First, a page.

Neurinomas are usually asymptomatic and are incidentally discovered on imaging studies; however pain or other symptoms may occur due to compression of the involved nerve or adjacent structures. Horner syndrome, hemothorax, dyspnea and subcutaneous tumors of the chest wall are some rare presentations of neurinomas arising from intercostal nerves [3-5].

Rarely, rib notching can be seen on chest radiography in case of neurinomas of the intercostal nerves. Moreover, a posterior mediastinal mass, should suggest the possibility of a neurogenic tumor, for they account for 30% of posterior mediastinal tumors [2].

MRI is the preferred method for the assessment of peripheral nerve sheath tumors [6]. Vessels in neurinomas are usually prominent and their rich vascular supply is reflected in the often intense enhancement of these tumors on imaging studies [2].

Since on imaging studies neurinomas may mimick other pathologies including malignant lesions, a preoperative biopsy of the tumor, when feasible, is necessary in order to avoid overtreatment [7].

Peripheral nerve sheath tumors arising from intercostal nerves may be totally intrathoracic or they may have in addition an intraspinal expansion, as well (known as hourglass or dumbbel tumors) [8. 9].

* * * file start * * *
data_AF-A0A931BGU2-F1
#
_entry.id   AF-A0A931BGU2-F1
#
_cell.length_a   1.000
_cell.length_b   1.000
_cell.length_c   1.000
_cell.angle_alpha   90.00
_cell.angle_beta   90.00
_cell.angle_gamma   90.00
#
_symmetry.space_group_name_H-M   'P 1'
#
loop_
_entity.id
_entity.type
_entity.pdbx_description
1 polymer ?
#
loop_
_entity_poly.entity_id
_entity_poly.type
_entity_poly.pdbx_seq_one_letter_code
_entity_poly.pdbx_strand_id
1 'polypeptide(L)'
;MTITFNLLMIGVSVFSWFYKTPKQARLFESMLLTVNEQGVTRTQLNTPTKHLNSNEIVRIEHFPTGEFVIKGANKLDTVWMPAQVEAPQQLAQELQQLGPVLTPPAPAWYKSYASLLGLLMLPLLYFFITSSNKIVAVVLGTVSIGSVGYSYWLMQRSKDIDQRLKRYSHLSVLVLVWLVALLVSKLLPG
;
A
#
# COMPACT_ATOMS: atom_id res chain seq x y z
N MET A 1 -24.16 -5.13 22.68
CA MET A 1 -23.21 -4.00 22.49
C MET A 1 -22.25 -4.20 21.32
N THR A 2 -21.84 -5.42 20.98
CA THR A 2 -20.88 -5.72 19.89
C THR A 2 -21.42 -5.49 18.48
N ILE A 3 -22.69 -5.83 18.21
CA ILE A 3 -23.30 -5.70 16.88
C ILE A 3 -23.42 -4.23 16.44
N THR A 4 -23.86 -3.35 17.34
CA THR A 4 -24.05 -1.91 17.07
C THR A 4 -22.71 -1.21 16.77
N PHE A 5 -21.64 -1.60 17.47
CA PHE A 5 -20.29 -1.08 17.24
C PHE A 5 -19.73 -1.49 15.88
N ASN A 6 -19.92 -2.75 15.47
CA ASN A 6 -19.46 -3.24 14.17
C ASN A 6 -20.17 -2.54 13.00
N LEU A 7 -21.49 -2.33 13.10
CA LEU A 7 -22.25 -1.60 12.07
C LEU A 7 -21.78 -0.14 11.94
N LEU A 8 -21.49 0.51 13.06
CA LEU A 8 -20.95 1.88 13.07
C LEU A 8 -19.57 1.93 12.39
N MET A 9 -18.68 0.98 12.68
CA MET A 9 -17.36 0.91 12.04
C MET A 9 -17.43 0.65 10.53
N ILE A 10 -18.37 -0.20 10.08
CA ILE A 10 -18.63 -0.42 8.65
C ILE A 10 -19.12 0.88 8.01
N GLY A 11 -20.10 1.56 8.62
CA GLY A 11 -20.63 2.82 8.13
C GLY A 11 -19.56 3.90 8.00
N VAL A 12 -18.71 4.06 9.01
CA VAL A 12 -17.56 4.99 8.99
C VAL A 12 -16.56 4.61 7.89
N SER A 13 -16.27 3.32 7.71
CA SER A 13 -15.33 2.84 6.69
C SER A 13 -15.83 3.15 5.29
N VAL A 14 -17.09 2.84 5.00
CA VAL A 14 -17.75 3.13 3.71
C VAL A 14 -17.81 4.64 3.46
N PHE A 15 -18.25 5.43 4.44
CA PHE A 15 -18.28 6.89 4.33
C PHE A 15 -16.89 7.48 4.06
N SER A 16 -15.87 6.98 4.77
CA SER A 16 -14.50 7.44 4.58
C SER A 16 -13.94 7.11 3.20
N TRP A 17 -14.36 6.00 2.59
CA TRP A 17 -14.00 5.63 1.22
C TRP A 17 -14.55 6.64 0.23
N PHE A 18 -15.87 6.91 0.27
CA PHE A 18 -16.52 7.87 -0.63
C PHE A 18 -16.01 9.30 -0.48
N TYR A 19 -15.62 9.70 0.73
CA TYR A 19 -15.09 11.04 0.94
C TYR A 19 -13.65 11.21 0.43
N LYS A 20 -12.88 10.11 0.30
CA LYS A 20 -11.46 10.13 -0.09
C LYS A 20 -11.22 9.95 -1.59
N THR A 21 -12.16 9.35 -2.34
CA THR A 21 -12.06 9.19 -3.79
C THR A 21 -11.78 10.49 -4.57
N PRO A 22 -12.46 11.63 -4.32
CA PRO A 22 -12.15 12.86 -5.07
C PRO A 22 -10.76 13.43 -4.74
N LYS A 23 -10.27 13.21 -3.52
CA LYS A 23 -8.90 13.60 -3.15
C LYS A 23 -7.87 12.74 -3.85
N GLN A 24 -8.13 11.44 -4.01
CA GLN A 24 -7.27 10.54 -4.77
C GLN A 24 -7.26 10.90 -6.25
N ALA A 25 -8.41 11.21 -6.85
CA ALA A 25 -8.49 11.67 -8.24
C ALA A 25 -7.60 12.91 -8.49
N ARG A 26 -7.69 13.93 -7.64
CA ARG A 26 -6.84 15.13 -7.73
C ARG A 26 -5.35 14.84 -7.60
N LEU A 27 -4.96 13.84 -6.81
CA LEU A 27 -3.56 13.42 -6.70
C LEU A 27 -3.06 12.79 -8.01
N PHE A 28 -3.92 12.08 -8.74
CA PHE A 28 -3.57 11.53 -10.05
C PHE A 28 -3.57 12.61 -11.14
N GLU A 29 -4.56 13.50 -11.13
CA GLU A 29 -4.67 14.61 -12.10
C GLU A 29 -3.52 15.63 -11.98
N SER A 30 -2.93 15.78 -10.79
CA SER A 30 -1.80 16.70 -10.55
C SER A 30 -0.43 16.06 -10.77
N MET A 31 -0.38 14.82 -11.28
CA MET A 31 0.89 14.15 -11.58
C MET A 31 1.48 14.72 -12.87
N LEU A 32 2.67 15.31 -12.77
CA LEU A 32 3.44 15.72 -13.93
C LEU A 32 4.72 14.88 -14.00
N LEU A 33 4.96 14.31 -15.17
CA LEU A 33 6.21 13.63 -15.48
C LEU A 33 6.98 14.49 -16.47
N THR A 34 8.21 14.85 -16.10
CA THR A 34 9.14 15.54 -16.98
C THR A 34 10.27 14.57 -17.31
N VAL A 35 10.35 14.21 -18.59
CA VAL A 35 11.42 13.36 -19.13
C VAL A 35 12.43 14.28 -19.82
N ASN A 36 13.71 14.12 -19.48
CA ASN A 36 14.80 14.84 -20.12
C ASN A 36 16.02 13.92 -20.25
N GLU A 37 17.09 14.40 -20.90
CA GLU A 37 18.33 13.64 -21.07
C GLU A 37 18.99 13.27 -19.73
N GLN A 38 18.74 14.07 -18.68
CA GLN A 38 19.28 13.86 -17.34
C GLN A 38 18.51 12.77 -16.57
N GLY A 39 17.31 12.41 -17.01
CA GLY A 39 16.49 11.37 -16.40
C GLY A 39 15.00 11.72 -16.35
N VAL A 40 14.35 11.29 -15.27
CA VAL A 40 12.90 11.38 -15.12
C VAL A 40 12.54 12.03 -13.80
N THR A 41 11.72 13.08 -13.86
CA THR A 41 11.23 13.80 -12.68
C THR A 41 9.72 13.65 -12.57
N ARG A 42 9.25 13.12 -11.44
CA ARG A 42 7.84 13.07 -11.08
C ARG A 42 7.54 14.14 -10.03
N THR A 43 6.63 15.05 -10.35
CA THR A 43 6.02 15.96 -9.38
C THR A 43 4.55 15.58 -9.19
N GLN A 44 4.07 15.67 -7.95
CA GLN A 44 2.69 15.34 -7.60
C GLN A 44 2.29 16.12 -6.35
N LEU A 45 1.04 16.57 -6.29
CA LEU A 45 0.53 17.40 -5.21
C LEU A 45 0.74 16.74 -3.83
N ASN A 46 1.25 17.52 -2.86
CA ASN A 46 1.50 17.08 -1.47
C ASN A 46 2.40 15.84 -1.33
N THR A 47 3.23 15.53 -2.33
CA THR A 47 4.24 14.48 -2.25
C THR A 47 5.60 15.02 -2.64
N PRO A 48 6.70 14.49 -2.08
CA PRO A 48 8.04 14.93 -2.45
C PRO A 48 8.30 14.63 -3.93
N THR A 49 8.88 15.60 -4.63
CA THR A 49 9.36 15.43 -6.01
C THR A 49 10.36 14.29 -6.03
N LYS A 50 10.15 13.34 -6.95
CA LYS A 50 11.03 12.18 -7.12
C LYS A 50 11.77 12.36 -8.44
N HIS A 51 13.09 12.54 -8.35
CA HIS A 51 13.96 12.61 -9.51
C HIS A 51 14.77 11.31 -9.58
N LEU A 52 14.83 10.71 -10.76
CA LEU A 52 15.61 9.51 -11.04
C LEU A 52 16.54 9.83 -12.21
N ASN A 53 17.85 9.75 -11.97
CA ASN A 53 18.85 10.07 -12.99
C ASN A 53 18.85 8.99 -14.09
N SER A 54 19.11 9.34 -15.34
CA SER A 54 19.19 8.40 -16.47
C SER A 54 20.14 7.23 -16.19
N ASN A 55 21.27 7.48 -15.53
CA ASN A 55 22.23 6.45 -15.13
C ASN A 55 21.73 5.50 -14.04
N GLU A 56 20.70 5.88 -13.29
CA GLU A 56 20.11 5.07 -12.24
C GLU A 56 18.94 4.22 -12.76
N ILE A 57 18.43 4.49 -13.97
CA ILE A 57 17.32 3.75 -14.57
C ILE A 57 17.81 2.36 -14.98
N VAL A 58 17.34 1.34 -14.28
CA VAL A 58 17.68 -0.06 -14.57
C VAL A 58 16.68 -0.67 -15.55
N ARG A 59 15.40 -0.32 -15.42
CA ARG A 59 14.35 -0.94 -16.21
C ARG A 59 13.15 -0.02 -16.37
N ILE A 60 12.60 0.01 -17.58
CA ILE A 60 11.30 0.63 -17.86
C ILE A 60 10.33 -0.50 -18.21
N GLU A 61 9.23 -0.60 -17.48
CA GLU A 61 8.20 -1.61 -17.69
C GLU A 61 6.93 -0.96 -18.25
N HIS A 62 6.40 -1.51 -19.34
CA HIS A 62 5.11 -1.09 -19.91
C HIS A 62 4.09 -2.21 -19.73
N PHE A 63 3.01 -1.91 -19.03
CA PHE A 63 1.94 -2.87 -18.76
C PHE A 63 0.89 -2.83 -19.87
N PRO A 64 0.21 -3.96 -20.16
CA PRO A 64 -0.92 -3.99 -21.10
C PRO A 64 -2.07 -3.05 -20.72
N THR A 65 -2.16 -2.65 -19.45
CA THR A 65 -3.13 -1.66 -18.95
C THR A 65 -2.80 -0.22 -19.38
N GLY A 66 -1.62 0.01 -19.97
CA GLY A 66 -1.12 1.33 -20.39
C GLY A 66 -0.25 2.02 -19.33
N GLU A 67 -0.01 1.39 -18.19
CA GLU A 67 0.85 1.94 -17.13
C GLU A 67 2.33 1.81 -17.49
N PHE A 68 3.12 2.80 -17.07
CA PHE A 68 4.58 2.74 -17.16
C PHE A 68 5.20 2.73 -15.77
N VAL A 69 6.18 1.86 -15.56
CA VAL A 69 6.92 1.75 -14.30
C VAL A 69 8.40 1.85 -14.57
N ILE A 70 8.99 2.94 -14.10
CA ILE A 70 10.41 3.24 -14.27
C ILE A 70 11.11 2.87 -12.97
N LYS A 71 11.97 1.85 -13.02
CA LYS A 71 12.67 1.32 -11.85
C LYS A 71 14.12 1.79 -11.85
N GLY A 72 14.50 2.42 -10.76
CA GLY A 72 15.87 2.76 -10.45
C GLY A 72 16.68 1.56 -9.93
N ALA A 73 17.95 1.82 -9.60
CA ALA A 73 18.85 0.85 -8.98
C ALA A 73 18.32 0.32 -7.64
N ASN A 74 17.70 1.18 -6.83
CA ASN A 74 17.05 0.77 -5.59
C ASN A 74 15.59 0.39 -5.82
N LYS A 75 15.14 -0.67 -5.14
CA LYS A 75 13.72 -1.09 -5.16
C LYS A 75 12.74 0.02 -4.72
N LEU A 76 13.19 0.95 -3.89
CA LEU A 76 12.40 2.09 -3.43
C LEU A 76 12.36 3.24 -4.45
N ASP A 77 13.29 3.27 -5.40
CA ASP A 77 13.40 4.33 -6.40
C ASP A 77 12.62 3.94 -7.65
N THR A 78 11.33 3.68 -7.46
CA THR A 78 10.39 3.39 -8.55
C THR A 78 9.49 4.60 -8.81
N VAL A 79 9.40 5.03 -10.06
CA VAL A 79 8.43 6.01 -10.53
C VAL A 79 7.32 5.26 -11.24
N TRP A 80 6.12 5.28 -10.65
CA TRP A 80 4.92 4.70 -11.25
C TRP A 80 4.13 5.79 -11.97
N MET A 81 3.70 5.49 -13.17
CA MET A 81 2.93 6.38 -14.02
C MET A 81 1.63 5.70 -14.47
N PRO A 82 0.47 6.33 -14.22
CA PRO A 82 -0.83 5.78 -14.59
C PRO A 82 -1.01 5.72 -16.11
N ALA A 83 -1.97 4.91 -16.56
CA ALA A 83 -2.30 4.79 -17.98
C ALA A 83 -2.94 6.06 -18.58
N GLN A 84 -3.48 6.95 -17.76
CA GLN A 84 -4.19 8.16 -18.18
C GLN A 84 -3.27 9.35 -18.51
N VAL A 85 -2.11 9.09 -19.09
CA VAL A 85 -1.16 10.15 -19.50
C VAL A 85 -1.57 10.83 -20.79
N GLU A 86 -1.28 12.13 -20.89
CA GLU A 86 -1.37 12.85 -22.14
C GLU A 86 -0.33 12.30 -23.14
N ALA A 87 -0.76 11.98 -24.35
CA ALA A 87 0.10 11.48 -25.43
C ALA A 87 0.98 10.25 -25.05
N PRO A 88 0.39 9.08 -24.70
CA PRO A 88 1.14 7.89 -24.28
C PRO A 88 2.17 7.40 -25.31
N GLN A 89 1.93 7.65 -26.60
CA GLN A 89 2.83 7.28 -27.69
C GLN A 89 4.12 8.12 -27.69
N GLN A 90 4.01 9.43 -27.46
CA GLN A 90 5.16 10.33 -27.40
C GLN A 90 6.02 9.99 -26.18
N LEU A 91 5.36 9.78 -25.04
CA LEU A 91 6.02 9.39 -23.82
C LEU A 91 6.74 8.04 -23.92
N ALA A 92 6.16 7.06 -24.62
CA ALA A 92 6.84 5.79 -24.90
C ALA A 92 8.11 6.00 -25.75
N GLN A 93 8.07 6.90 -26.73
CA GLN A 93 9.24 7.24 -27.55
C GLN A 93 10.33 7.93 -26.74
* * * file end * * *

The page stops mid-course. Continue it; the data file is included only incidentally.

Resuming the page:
For the latter a combined resection is suggested through thoracotomy or thoracoscopy and laminectomy in order to achieve total resection [8].

On the other hand, for the tumors that are limited into the thoracic cavity, thoracoscopic resection is advocated as the treatment of choice [9].

The neurinoma displaces normal elements of the nerve to one side; therefore surgical excision usually spares the parent nerve because the tumor can be easily separated from the underlying nerve fibers [2].

The patients benefit from all the advantages of a minimally invasive procedure (less operative stress, less postoperative pain, shorter hospitalisation, better cosmetic result etc.) as there is no muscle transection and rib retraction as in classic thoracotomy [10].